Some experts argue that gas is much more problematic than purchasing vaccines. Energy experts listed the following main challenges that Europe might face in setting up the mechanism of joint purchase agreements:
It only works if everyone’s in: Purchasing power works best if you're buying a lot – and right now it’s not clear what percentage of the EU’s gas would fall under the proposed joint procurement programme. The Commission sees itself setting up a contracting platform for interested countries, “collecting gas orders and matching supplies” through “bilateral negotiations with major gas producers”. But many EU countries are already tied into long-term gas contracts. If the joint platform is only buying the equivalent of an extra top-up, it’s less attractive.
Getting the gas is going to need political muscle: Georg Zachmann, senior fellow at the Bruegel think tank in Brussels, underlined that ‘there’s a lot of money involved, and if the Commission is going to be signing deals worth dozens of billions of euros with state companies in difficult countries, there are political considerations that might get into the decision on who to buy from and how much to pay them”. However, at the same time he added: “We need it. It does not make sense for all these different [national] ministers going to all these different places offering whatever they can offer in terms of side deals so that their companies can get the gas."
There is a risk of breaking EU competition rules: Having the EU negotiate favorable deals for private or partially state-owned energy companies on a special platform raises antitrust alarm bells. Leigh Hancher, senior adviser in the antitrust and competition law practice at Baker Botts in Brussels highlighted that “If you’re [French gas firm] Engie, let’s say, and you were in there, you’d be quite happy, and if you’re BP and you’re not, you’d be less happy.”
Distribution of the purchased gas will be a headache: EU countries have different levels of gas reliance on Russia, and not every Member State has storage facilities or direct access to an import terminal for cargoes arriving via ship. “The main challenge is distributional in nature,” said Zachmann. “Finding a way to ensure the risk sharing is done in a way that is acceptable to all ... there are a few countries that are more responsible than others for the current situation, and finding a nice way out for them by letting others pay is not going to fly easily.” EU countries are notorious for squabbling among themselves, and once the moment for international unity around the war in Ukraine fades, these tendencies are certain to return.
It's already boosting gas prices: The Commission wants the mechanism to be in place by this summer so that the EU can fill up its storage before the winter heating season. But this move could also impact energy prices. The recent market experience shows that in March, the Commission proposed mandating that countries fill up their storage to 90% by October 1, which sent prices soaring from about €70 per megawatt-hour in January to a record €210 in early March. The Commission quickly retreated and said it wants storage filled to 80% by November 1, causing prices to drop back to €108.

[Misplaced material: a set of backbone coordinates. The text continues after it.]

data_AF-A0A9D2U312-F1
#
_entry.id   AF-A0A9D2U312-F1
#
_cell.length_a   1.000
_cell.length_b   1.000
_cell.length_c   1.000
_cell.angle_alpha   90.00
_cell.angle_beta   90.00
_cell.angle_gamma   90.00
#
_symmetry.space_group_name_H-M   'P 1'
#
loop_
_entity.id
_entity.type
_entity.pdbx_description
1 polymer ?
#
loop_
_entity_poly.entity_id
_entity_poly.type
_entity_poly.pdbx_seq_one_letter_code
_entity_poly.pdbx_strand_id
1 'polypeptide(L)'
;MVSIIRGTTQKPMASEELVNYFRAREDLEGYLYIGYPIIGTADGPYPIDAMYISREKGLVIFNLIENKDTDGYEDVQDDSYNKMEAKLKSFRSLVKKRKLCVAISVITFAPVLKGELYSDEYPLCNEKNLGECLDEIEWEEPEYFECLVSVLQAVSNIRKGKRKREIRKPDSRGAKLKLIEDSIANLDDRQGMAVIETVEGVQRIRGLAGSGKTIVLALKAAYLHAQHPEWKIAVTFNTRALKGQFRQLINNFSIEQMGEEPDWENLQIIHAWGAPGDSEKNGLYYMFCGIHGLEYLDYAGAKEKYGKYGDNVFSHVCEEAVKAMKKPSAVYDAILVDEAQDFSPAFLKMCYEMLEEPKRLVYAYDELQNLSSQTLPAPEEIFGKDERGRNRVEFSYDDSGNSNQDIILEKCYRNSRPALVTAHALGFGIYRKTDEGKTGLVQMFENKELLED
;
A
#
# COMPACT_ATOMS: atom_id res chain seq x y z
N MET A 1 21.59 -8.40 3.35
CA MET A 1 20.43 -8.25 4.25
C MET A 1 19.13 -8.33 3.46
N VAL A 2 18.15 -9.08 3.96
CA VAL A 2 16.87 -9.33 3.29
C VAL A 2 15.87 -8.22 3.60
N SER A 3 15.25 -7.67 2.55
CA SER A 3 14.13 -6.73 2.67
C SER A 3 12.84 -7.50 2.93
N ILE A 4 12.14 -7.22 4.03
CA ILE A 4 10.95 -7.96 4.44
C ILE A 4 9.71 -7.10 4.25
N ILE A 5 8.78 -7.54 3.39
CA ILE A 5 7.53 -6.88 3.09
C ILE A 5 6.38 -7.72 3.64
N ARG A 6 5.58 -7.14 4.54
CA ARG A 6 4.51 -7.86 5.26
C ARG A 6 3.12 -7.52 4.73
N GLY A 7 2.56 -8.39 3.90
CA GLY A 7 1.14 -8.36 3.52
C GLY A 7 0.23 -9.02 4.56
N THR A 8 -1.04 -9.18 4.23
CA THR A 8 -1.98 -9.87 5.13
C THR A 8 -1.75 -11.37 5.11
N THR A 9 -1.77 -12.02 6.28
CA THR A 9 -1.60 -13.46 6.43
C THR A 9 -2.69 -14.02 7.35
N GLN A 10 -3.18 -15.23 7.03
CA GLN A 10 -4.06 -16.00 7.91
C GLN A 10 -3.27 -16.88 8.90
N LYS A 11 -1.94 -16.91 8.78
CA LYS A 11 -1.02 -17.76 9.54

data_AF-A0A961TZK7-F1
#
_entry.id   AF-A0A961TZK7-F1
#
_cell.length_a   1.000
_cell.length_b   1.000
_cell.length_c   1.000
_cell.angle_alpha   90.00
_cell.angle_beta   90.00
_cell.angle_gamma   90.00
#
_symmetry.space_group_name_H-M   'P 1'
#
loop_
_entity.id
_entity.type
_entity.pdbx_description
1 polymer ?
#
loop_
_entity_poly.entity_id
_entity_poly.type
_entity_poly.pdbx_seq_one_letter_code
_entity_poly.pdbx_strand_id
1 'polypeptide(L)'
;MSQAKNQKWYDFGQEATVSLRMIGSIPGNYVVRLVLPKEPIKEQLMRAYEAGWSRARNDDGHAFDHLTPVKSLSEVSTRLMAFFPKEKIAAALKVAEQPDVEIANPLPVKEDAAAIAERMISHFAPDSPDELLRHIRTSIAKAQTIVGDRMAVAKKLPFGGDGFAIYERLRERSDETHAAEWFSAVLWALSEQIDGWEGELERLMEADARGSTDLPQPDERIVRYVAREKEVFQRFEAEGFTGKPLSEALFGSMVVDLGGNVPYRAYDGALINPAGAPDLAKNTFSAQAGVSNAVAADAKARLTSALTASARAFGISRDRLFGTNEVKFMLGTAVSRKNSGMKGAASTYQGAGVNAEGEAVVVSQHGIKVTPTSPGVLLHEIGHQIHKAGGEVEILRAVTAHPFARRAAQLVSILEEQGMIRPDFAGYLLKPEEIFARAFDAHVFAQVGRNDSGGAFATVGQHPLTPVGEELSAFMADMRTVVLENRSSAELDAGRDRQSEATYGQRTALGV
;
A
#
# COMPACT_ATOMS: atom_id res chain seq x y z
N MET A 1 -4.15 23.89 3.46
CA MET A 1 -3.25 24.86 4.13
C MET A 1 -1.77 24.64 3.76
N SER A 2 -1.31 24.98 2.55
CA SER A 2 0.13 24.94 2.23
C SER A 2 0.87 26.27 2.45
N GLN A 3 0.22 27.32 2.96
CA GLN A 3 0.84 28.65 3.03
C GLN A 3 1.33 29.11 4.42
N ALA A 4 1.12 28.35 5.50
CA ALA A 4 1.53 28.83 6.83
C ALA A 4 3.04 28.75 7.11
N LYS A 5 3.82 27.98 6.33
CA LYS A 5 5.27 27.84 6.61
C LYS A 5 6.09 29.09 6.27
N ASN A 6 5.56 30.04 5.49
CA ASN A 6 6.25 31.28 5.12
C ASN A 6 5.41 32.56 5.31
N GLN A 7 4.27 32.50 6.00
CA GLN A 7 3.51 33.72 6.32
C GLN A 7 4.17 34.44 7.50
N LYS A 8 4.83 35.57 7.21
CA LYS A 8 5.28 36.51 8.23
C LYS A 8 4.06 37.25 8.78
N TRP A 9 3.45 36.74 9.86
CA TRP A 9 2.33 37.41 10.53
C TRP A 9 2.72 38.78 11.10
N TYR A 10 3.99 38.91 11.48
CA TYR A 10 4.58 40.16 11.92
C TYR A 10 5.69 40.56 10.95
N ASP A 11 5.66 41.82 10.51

Nevertheless, on the other side of the debate, there are also arguments in favour of this mechanism. For example, Christian Egenhofer, Associate Senior Research Fellow at the Centre for European Policy Studies (CEPS), said that an effective joint gas purchasing plan could stop the Member States from competing with each otherin buying gas but also from presuming to offer shabby deals to autocratic rulers. More transparency on where the gas is coming from and under what conditions can only help governments hold firm on values. It will also help to increase transparency in markets. In addition, and more long term, the joint gas purchasing platform could lead to a truly European security of gas supply policy in a way the EU Security of Gas Supply legislation has never been able to do. At the same time, joint gas purchasing will need to trigger the formulation of certain rules – principles, distribution keys, priority customers, etc. – to redistribute the gas, notably in times of crisis. Furthermore, according to Simone Tagliapietra, an energy expert at Brussels-based think tank Bruegel, it is a mistake not to try and tackle the problem of gas prices now. “Europe is the world's biggest importer of natural gas. If it moves together the EU can use its economic clout to negotiate better prices,” Tagliapietra said.
Despite the many points of criticism mentioned above, the European Commission has already established with the Member States an EU Platform for the common purchase of gas, LNG, and hydrogen called the EU Energy Purchase Platform. It is described as a voluntary coordination mechanism, bringing together the Commission and the Member States, supporting the purchase of gas and hydrogen for the Union by making optimal use of the collective political and market weight of the EU. The Platform is built on existing EU policy initiatives with Member States, transmission system operators, associations, and market players. Furthermore, to ensure access to market insights and expertise on the gas supply chain, the Commission will also establish a dedicated consultative working group consisting of industry experts. This group will have an advisory role and operate in compliance with EU antitrust rules, with strong safeguards against conflict of interests.